Norethisterone acetate (NA) levels were determined using a rapid LC-MS/MS assay. NA was dissolved in water at a concentration of 1 mg/mL and stored in aliquots at −20 °C. Quality control samples were prepared in water/methanol (50/50) at 10, 85 and 175 ng/mL NA and stored at −70 °C. Daily, NA was diluted in water/methanol (50/50) to give calibration standards in the range 6.25–200 ng/mL.
Embryos were exposed to the NA/EE-mixture for the appropriate time period and then rinsed in 10 ml water three times to remove excess solution. Embryos were stored individually in 100 µl of water and frozen for analysis. Individual embryos in 100 µL of water were homogenised by sonication and the resulting solution diluted 1:10 with water/methanol (50/50) and following centrifugation at 14800 rpm at 4 °C, 5 µL was injected onto the chromatograph. Chromatography was performed on a Thermo Surveyor (Thermo Scientific, UK) system using a 150 × 2.1 mm ACE 3 µ C18 column (Hichrom, UK) maintained at 50 °C. NA was resolved using isocratic elution with a mobile phase composition of 15% water/85% methanol (both containing 0.1% formic acid). The flow rate was 200 µL/min and the samples were maintained at 4 °C in the autosampler. NA eluted at 3.34 minutes and the total run time was 3.8 minutes.
A Thermo TSQ Quantum triple quadrupole mass spectrometer was used in positive electrospray ionisation mode for the detection of NA. Quantification was performed using multiple reaction monitoring (MRM) scan mode using the following transitions: m/z 341.2–91.1 at collision energy 35 V and m/z 341.2–109.1 at collision energy 26 V. Flow injection analysis was used to optimise the MS/MS conditions as follows: spray voltage 4000 V, sheath gas pressure 20, auxiliary gas pressure 35, capillary temperature 375 °C, skimmer offset −14V and collision pressure 2.0 mTorr. Instrument control and peak integration and quantification were performed using Thermo Xcalibur software (v. 3.0). Weighted least squares linear regression with a weighting factor of 1/X2 was used to quantify NESA concentrations in unknown samples by comparison of peak areas with those obtained from a multi-level calibration standard curve. The LLOQ for the assay was 1 ng/mL and the intra and inter-assay variations were determined to be <3% and <6% respectively.
All experimental protocols and procedures were approved by the University of Aberdeen Ethical Review Panel and is fully licensed by the UK Home Office.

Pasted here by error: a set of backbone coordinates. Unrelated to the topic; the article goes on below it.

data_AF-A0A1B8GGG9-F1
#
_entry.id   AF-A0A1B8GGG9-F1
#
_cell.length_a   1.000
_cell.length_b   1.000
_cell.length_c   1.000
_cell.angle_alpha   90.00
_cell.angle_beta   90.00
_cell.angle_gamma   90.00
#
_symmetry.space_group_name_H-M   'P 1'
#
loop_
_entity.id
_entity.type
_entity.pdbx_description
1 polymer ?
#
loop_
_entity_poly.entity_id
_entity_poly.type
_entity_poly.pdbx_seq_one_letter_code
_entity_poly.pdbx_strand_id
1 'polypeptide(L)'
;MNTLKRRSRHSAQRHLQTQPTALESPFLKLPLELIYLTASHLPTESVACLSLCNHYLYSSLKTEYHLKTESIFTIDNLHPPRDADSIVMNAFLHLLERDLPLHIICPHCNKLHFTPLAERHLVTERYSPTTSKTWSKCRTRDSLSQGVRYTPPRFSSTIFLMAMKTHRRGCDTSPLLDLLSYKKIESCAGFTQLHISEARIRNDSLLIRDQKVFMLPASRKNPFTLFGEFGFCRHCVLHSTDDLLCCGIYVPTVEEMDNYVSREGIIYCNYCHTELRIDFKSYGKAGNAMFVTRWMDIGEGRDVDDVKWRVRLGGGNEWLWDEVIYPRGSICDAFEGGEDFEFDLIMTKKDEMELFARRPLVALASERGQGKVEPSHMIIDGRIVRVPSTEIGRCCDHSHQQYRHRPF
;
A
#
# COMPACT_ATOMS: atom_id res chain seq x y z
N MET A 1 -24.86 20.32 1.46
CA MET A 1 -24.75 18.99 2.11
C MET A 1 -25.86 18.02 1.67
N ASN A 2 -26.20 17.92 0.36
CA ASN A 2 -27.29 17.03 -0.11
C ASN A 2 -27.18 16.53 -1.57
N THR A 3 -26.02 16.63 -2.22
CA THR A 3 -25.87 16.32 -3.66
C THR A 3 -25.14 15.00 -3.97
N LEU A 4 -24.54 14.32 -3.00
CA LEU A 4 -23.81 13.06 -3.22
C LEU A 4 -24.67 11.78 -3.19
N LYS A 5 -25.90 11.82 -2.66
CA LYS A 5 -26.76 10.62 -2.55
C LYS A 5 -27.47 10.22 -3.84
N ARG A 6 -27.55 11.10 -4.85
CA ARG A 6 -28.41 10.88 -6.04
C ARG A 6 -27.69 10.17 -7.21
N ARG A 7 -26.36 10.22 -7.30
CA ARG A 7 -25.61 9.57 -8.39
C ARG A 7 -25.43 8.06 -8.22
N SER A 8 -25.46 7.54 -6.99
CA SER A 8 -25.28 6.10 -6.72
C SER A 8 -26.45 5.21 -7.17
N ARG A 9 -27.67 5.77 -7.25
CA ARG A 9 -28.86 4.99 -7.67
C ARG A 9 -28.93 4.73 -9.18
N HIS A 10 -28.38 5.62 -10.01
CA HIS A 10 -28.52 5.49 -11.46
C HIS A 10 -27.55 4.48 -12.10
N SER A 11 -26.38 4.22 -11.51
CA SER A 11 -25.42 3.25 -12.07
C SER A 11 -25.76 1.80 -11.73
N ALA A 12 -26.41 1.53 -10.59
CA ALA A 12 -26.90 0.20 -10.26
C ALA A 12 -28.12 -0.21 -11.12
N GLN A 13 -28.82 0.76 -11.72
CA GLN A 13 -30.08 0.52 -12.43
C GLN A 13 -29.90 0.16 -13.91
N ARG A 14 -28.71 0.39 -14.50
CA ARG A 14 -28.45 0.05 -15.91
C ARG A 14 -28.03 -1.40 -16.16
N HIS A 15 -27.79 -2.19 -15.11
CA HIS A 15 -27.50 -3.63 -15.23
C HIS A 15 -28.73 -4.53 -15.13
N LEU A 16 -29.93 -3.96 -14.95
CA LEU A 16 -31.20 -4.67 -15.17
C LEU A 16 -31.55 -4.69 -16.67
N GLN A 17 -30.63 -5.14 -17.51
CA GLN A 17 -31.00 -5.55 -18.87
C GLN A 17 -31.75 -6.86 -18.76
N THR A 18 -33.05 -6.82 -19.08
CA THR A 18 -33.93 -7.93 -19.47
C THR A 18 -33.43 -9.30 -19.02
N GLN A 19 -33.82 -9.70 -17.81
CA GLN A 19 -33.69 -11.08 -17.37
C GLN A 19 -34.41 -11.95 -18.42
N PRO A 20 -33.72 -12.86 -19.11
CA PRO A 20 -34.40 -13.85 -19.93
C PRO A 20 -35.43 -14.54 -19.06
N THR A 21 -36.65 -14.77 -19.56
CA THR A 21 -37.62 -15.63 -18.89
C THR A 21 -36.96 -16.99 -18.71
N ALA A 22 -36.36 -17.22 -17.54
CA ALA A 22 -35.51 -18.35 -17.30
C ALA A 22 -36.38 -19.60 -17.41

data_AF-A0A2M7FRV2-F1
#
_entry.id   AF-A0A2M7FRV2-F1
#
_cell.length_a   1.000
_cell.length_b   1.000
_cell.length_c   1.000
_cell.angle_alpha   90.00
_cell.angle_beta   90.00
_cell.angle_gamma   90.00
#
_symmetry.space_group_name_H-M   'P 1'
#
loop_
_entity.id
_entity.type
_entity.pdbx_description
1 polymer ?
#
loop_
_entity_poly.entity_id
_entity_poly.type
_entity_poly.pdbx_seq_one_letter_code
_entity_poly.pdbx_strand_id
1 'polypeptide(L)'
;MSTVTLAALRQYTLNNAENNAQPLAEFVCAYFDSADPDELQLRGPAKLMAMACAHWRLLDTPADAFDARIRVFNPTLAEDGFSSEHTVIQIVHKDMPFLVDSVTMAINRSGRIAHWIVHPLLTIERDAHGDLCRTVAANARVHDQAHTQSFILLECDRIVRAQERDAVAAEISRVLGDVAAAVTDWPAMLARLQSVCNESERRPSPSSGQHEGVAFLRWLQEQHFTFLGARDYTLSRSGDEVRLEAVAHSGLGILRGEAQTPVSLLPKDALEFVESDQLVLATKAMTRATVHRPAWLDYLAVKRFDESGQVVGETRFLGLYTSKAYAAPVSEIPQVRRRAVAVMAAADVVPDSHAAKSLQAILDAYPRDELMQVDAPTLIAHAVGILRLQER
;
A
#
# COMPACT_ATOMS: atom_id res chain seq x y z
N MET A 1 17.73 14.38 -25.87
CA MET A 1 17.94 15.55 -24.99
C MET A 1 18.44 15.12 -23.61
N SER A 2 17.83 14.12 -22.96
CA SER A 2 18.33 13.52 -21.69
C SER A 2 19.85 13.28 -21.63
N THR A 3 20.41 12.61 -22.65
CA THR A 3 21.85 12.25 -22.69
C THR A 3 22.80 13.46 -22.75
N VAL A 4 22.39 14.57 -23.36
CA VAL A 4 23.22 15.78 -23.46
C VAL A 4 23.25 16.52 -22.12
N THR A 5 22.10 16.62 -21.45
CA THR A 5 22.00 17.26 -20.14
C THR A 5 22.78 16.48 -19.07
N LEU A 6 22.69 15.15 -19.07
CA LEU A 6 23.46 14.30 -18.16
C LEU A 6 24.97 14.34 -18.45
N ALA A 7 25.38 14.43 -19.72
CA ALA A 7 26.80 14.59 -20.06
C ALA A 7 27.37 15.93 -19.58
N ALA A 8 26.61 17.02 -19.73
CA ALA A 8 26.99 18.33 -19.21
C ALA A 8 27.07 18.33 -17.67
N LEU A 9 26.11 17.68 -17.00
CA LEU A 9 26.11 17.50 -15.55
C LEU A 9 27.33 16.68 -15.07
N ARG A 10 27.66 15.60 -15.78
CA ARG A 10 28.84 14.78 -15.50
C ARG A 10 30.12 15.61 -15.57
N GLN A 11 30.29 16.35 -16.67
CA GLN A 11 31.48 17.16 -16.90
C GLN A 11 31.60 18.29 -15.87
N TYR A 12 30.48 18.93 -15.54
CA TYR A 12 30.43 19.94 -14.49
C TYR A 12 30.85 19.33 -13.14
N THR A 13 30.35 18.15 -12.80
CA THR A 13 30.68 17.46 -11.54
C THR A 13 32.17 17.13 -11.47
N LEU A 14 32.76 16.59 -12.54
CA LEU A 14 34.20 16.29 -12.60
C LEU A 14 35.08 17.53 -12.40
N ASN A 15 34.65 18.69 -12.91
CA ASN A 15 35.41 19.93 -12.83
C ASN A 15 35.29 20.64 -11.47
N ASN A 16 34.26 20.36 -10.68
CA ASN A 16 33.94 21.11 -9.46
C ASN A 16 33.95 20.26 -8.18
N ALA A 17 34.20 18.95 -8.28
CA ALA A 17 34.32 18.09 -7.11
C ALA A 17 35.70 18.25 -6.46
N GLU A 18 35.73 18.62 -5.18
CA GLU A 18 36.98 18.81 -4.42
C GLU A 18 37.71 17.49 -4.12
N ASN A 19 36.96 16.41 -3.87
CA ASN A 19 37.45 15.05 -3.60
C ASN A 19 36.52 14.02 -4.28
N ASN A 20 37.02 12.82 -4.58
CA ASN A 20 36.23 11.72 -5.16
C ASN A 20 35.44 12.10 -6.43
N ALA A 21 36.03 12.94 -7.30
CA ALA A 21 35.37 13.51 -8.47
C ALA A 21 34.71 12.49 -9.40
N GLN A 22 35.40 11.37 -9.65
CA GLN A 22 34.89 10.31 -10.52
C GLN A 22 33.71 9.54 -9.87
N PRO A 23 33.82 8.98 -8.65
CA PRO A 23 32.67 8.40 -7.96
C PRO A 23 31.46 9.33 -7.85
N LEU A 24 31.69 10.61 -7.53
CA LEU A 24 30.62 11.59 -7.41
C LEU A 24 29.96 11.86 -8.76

Publisher's note: Springer Nature remains neutral with regard to jurisdictional claims in published maps and institutional affiliations.
The authors thank Amanda Berg, Zoe Finlayson, Lisa Salhi and Elizabeth Stewart, for help with preliminary studies; Alexandra J. Rafipay (nee Diamond) and Jonathan Smith for lab assistance and discussions and Jesse Olszynko-Gryn, Tobias Arndt, Marie Lyon for discussions on Primodos. Lucas Rosa Fraga was funded by a PhD scholarship from the Science without Borders program – CNPq Brazil – INAGEMP/ Grant CNPq 573993/2008-4 and Samantha Brown was funded by a PhD scholarship from the University of Aberdeen.
About this article
Rights and permissions
Open Access This article is licensed under a Creative Commons Attribution 4.0 International License, which permits use, sharing, adaptation, distribution and reproduction in any medium or format, as long as you give appropriate credit to the original author(s) and the source, provide a link to the Creative Commons license, and indicate if changes were made. The images or other third party material in this article are included in the article’s Creative Commons license, unless indicated otherwise in a credit line to the material. If material is not included in the article’s Creative Commons license and your intended use is not permitted by statutory regulation or exceeds the permitted use, you will need to obtain permission directly from the copyright holder. To view a copy of this license, visit http://creativecommons.org/licenses/by/4.0/.